The George Washington Bridge was as close a witness as any to yesterday's miracle on the Hudson. Early reports suggested that US Airways Flight 1549's Hudson River decent began just north of the bridge and cleared it by roughly 900 feet. The bridge itself is about 600 feet tall, meaning the plane would have passed over the bridge at an altitude just higher than the total height of the Empire State Building.
It appears that reports of it passing directly over the bridge, however, are wrong. CNN's flight path video shows the plane cutting across Inwood and Washington Heights.
The only local eyewitness report I've read comes from a commenter on the New York Times City Room Blog:
"I work in Washington Heights and I saw the plane go by. I knew something was wrong because it sounded like it was going down not up. I'm pretty sure I saw flames coming out of the port engine."
In another account an Inwood resident, presumably referring to the geese in Inwood Hill Park, said:
"I may not feed the geese here in Inwood anymore. Then again, if we feed them enough, they can't get into the air. It is hard to settle on the right strategy."
And for good measure I took a screen shot from Google Earth of the flight path over Inwood/Washington Heights:
Ever walk through Fort Tryon Park and wonder about it's history? Now you can instantly listen to information about the park and other local points of interest from your iPhone. HearPlanet is a mobile application that lets iPhone 3G owners instantly receive "audio guides" for locations near them. The application uses the phone's GPS to locate wikipedia articles for nearby attractions and points of interests and then reads the article to the listener, saving people the hassle of having to stop and read the whole article as they walk around.
The app is a nice idea, and I suggest downloading HearPlanet while it's free, through the weekend. There are a few problems, however, like not being able to scrub through the audio, and the fundamental problem of only one person being able to hear the audio guide at once. The application works best if you are touring an area like Washington Heights or Inwood alone. A group of two or more may find the application a bit cumbersome because they won't be able to use headphones to listen to the articles.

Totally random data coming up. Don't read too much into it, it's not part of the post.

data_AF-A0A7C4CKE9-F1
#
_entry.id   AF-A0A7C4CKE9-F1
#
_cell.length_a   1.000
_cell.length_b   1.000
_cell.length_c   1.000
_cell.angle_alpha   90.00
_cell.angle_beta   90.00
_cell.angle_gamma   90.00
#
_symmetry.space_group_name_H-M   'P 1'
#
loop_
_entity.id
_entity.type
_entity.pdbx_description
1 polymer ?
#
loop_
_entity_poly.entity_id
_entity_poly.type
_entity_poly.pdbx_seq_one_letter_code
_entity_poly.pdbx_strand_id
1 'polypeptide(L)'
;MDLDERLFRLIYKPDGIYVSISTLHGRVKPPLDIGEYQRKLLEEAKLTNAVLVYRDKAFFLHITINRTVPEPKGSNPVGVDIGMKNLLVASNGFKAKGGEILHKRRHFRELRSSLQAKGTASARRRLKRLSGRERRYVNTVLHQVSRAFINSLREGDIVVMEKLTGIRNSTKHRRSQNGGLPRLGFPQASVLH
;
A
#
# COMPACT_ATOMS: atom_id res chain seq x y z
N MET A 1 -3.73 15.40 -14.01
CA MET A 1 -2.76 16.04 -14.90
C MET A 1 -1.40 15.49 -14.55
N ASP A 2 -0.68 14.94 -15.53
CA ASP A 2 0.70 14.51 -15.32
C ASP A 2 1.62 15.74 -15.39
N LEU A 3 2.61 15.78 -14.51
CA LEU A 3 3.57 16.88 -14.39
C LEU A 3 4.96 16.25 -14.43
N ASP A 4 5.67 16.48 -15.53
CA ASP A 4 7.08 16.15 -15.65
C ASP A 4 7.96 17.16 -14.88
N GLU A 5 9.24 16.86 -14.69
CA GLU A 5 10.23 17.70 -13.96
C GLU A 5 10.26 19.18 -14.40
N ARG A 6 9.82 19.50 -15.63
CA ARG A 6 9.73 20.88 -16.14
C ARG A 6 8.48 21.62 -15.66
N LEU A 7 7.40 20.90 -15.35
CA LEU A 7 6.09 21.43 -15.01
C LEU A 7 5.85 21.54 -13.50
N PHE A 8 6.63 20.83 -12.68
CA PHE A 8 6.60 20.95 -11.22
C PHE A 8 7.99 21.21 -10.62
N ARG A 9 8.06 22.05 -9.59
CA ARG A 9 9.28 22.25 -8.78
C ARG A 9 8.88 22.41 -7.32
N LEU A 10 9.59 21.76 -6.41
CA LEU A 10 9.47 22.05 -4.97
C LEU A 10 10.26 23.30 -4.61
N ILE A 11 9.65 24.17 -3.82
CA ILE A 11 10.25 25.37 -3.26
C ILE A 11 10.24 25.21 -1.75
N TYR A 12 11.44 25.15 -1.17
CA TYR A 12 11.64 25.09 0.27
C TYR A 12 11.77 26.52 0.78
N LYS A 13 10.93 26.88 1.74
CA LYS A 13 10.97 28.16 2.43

There are several sights in Washington Heights and Inwood featured in the app, and if you don't know the neighborhood well it's worth a try if you'll be out alone touring the area with your iPhone 3G. Local residents who are familiar with the ins and outs of northern Manhattan may want to save this one for a trip outside of the area.
Tomorrow the Indian Road Café will be holding a coffee tasting event hosted by Counter Culture Coffee. The tasting begins at 4pm and is aimed at getting the community's opinions in selecting new brews. The café is located on 218th street and Indian Road.
For more information visit the Indian Road Café's website.
The New York City Parks Department held a presentation about the planned renovation of Fort Washington Park and a portion of Inwood Hill Park at tonight's Community Board 12 Parks and Cultural Affairs committee meeting. Fort Washington Park is the park along the Hudson River that extends into Riverside Park to the south, and Inwood Hill Park to the north. It is also home to The Little Red Lighthouse.
Phase One of the reconstruction would begin towards the end of this year, as early as October, and has a price tag of about $35 million. The entire renovation project will cost about $160 million.
Plans for Phase One include new and improved playing fields and courts, improved pathways, scenic lookouts, a 1700 foot long bark chip trail, a "rustic" trail and expanded greenway paths.